The Corner

More Mel

Ramesh, I guess I’m a ‘”no” then. Tithing fulfills any rock-bottom moral obligation Gibson has. Of course, if he has indeed undergone the kind of spiritual transformation he has talked about, one would hope to see that reflected in the rest of his life and work in many ways, but I think he has to figure out what that looks like. Personally, I’m not the least bit bothered by his profits—he has made a movie that, whatever its artistic flaws, is a great act of Christian witness for which we should be grateful. For me, that’s plenty enough, however the rest of his career or life plays out.


“I sent this to Jonah earlier, but after your comment I wanted to send it to you also. The Old Testament requirement was to give 10%: “Bring the whole tithe into the storehouse”, with a resultant outpouring of God’s blessings. The New Testament certainly doesn’t abrogate that, but Paul does say in 2nd Corinthians “Remember this: Whoever sows sparingly will also reap sparingly, and whoever sows generously will also reap generously. Each man should give what he has decided in his heart to give, not reluctantly or under compulsion, for God loves a cheerful giver.” If Mel’s profits are $350-400 million, it seems that he should give $35-40 million to his church, or wherever he decides. Beyond that, what he gives is pretty much up to him, and what he keeps is pretty much up to him.”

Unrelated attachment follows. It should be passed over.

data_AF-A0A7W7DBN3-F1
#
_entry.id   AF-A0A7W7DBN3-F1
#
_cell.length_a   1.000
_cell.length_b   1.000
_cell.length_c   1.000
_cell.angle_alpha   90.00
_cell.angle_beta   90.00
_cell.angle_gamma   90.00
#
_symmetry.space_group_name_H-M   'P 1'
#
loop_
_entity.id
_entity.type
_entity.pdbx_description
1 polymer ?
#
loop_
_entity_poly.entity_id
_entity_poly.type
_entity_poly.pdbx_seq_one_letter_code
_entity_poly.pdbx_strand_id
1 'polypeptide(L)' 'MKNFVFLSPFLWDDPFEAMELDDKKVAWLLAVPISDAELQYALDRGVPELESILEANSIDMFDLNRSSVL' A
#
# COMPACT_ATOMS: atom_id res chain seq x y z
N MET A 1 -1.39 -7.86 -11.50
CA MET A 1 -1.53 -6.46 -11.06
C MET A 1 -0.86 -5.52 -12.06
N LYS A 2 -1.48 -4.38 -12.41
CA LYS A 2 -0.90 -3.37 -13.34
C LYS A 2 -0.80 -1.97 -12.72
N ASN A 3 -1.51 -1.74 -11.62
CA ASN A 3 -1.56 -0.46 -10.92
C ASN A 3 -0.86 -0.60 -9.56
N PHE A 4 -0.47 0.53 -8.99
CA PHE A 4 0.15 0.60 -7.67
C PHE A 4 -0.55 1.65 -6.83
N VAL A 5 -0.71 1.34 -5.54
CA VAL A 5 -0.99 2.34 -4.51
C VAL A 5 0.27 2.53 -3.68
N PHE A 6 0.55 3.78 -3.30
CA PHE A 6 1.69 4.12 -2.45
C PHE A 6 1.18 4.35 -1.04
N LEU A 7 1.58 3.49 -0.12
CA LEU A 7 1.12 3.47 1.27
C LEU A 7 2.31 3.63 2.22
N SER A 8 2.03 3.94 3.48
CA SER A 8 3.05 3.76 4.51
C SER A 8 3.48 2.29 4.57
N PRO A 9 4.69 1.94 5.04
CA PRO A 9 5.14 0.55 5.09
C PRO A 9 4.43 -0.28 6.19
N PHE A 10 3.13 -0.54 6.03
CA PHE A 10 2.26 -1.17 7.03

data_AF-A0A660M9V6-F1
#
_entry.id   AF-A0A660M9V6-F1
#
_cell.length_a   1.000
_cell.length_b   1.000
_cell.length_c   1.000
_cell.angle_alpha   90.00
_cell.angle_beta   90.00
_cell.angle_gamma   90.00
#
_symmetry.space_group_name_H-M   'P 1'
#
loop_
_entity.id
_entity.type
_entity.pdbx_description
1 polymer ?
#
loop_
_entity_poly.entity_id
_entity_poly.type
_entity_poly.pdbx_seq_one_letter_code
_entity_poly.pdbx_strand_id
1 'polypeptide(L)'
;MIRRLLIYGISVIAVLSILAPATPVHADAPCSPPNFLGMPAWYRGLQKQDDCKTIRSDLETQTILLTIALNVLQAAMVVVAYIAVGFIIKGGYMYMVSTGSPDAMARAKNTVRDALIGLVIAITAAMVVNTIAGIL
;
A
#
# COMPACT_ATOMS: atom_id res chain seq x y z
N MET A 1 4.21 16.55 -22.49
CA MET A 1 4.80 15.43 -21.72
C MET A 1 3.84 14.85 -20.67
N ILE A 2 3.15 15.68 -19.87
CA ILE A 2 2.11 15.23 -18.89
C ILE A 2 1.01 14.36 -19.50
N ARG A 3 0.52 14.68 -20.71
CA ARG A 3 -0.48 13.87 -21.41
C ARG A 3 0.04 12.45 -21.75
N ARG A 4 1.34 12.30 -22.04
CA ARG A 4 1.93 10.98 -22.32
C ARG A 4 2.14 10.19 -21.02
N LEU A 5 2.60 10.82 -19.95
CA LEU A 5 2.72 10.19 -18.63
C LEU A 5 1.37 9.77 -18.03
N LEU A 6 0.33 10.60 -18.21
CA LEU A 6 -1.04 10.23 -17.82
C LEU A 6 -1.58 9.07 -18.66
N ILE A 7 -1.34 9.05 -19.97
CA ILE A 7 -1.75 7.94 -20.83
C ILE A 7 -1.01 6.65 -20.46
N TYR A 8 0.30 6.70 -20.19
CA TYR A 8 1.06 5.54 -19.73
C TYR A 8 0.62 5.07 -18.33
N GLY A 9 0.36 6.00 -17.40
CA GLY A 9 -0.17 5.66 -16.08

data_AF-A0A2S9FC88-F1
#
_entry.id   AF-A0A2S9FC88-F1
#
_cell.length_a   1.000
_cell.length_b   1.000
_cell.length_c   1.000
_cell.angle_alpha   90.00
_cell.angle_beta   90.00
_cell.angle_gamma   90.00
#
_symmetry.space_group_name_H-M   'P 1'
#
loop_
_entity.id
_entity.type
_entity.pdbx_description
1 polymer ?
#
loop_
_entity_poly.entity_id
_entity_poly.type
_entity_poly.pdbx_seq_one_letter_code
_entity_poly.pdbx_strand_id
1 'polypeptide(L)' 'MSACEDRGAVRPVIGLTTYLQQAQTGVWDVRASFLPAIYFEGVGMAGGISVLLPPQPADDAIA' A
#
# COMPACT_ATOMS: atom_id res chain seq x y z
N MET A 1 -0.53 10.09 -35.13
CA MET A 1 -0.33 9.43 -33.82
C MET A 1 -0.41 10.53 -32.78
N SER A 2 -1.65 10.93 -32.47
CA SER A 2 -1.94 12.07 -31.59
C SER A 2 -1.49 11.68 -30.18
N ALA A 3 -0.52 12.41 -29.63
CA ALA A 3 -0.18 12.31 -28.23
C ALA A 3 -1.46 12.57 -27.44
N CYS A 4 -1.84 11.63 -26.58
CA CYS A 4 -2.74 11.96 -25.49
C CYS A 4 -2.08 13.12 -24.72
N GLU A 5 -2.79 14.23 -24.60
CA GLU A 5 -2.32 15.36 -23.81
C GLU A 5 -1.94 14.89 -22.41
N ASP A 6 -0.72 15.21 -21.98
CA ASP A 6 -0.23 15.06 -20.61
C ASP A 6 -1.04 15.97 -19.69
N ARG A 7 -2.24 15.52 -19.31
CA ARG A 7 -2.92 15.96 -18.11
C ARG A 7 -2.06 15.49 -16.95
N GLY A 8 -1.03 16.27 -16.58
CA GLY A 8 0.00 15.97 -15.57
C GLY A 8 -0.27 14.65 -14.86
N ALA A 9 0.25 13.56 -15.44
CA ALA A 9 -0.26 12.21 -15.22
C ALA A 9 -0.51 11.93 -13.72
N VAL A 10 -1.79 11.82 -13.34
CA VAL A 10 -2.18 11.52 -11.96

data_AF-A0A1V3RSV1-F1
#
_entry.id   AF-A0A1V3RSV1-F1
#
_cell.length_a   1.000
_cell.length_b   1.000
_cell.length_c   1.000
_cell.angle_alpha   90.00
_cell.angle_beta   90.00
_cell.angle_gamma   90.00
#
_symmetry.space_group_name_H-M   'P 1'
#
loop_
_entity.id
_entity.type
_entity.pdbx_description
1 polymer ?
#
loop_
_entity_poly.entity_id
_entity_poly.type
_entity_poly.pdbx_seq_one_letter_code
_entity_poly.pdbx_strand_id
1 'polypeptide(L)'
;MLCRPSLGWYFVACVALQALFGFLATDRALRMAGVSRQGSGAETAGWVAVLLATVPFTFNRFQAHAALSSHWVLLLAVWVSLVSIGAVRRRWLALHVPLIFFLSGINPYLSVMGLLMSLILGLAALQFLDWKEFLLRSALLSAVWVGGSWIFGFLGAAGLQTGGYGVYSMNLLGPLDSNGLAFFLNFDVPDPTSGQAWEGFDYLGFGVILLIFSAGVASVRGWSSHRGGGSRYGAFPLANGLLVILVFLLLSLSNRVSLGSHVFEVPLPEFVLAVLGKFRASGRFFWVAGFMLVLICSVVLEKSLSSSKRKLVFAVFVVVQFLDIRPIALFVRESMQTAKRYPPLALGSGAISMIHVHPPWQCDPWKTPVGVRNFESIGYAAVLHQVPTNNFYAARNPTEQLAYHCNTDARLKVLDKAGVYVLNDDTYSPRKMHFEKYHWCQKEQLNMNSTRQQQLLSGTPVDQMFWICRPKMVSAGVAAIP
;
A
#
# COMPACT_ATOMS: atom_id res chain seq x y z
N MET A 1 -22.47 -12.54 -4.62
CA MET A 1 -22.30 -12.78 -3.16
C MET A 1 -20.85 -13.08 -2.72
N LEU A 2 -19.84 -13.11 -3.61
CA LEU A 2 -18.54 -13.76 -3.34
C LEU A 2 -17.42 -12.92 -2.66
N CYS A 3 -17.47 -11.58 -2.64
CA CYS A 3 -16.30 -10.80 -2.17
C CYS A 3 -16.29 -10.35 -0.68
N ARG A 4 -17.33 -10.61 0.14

Rich Lowry — Rich Lowry is the editor of National Review. He can be reached via email: 

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